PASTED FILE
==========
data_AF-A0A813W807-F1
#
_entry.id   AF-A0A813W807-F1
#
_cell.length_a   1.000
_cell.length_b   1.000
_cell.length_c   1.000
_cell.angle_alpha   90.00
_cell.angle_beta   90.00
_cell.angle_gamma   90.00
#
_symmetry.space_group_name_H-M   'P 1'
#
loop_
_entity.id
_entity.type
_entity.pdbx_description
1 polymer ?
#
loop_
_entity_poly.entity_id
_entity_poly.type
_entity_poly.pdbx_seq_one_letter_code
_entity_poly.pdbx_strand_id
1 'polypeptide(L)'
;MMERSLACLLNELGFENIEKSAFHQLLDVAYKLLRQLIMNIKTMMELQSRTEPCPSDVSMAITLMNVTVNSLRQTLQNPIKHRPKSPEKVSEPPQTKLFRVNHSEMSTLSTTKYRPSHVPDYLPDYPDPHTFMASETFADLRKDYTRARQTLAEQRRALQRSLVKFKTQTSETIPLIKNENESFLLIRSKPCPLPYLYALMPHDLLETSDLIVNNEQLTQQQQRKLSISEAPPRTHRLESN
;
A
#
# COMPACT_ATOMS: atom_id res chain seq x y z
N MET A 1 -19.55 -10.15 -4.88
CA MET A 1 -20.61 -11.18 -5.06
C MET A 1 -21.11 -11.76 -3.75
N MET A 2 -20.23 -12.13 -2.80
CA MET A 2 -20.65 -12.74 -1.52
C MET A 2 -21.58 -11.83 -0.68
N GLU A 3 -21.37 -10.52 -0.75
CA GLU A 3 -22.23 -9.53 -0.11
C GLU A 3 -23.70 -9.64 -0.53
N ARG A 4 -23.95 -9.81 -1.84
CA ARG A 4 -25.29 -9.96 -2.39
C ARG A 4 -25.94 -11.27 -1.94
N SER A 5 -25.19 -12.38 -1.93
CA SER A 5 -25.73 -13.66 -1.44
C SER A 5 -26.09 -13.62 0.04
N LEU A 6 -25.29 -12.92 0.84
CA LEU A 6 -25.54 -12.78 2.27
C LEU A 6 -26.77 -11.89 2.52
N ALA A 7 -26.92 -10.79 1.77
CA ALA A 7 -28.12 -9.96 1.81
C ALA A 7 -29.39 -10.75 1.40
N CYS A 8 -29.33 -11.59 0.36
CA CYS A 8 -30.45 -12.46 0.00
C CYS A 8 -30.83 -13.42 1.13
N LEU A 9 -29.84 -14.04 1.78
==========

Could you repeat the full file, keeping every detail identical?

data_AF-A0A813W807-F1
#
_entry.id   AF-A0A813W807-F1
#
_cell.length_a   1.000
_cell.length_b   1.000
_cell.length_c   1.000
_cell.angle_alpha   90.00
_cell.angle_beta   90.00
_cell.angle_gamma   90.00
#
_symmetry.space_group_name_H-M   'P 1'
#
loop_
_entity.id
_entity.type
_entity.pdbx_description
1 polymer ?
#
loop_
_entity_poly.entity_id
_entity_poly.type
_entity_poly.pdbx_seq_one_letter_code
_entity_poly.pdbx_strand_id
1 'polypeptide(L)'
;MMERSLACLLNELGFENIEKSAFHQLLDVAYKLLRQLIMNIKTMMELQSRTEPCPSDVSMAITLMNVTVNSLRQTLQNPIKHRPKSPEKVSEPPQTKLFRVNHSEMSTLSTTKYRPSHVPDYLPDYPDPHTFMASETFADLRKDYTRARQTLAEQRRALQRSLVKFKTQTSETIPLIKNENESFLLIRSKPCPLPYLYALMPHDLLETSDLIVNNEQLTQQQQRKLSISEAPPRTHRLESN
;
A
#
# COMPACT_ATOMS: atom_id res chain seq x y z
N MET A 1 -19.55 -10.15 -4.88
CA MET A 1 -20.61 -11.18 -5.06
C MET A 1 -21.11 -11.76 -3.75
N MET A 2 -20.23 -12.13 -2.80
CA MET A 2 -20.65 -12.74 -1.52
C MET A 2 -21.58 -11.83 -0.68
N GLU A 3 -21.37 -10.52 -0.75
CA GLU A 3 -22.23 -9.53 -0.11
C GLU A 3 -23.70 -9.64 -0.53
N ARG A 4 -23.95 -9.81 -1.84
CA ARG A 4 -25.29 -9.96 -2.39
C ARG A 4 -25.94 -11.27 -1.94
N SER A 5 -25.19 -12.38 -1.93
CA SER A 5 -25.73 -13.66 -1.44
C SER A 5 -26.09 -13.62 0.04
N LEU A 6 -25.29 -12.92 0.84
CA LEU A 6 -25.54 -12.78 2.27
C LEU A 6 -26.77 -11.89 2.52
N ALA A 7 -26.92 -10.79 1.77
CA ALA A 7 -28.12 -9.96 1.81
C ALA A 7 -29.39 -10.75 1.40
N CYS A 8 -29.33 -11.59 0.36
CA CYS A 8 -30.45 -12.46 0.00
C CYS A 8 -30.83 -13.42 1.13
N LEU A 9 -29.84 -14.04 1.78